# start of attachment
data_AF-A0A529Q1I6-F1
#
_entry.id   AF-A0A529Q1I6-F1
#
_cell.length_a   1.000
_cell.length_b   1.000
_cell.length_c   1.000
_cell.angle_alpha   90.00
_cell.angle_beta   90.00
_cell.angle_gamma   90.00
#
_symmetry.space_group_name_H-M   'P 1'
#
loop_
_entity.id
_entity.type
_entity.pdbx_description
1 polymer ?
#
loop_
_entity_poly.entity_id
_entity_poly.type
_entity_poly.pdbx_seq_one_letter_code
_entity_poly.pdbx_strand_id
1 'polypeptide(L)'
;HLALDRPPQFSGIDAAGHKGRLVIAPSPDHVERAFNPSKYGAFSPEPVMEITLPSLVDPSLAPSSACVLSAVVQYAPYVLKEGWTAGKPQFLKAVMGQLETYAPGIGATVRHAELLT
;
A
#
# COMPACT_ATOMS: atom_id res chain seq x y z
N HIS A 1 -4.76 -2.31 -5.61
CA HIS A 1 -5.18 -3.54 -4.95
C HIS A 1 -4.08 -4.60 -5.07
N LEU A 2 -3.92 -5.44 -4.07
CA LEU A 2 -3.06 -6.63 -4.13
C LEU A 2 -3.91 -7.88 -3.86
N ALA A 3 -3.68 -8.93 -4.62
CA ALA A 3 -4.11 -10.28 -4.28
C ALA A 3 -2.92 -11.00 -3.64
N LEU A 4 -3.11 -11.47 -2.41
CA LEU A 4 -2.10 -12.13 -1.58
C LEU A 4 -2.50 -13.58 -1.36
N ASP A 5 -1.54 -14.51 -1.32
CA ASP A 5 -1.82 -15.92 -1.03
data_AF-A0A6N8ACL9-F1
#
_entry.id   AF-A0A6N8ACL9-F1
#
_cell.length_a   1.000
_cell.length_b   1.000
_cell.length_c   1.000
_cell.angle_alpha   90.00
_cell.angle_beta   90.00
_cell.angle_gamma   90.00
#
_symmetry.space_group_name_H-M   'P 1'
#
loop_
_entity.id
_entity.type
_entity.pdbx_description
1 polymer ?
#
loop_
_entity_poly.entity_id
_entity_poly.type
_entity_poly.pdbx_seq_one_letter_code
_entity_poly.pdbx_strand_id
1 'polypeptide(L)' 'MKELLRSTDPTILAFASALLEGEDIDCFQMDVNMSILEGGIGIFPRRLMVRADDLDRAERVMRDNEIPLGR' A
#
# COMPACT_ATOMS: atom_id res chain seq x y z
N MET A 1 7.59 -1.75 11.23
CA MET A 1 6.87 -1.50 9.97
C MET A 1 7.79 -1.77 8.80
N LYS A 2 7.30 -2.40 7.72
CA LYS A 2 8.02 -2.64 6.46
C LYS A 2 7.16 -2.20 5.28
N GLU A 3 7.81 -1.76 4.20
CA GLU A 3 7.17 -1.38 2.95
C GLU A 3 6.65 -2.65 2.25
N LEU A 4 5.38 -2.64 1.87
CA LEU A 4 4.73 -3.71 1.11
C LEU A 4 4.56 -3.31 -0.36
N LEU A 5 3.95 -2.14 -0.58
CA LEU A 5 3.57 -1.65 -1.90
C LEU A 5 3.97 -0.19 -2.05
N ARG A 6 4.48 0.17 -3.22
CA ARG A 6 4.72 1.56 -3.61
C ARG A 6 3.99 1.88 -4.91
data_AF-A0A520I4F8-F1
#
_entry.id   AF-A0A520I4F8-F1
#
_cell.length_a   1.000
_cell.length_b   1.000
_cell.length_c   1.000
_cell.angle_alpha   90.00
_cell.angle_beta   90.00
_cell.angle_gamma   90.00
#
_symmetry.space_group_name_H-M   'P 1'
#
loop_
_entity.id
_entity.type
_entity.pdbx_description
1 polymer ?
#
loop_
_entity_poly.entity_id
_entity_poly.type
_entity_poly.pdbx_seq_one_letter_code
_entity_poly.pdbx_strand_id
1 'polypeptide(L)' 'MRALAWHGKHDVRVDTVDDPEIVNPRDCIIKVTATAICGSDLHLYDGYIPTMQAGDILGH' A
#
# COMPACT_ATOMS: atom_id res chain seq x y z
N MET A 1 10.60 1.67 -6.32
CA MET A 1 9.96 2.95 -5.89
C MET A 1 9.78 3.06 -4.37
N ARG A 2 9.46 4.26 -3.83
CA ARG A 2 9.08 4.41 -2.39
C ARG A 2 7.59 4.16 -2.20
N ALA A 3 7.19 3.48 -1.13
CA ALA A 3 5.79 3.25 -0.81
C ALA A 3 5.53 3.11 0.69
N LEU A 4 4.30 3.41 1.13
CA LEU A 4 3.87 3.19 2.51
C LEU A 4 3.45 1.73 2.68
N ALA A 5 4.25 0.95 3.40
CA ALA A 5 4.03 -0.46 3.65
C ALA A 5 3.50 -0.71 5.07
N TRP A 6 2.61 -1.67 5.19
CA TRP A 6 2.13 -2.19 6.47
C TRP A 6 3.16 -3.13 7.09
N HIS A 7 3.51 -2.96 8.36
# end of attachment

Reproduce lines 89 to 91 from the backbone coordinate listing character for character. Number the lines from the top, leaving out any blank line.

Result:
C ARG A 6 3.99 1.88 -4.91
data_AF-A0A520I4F8-F1
#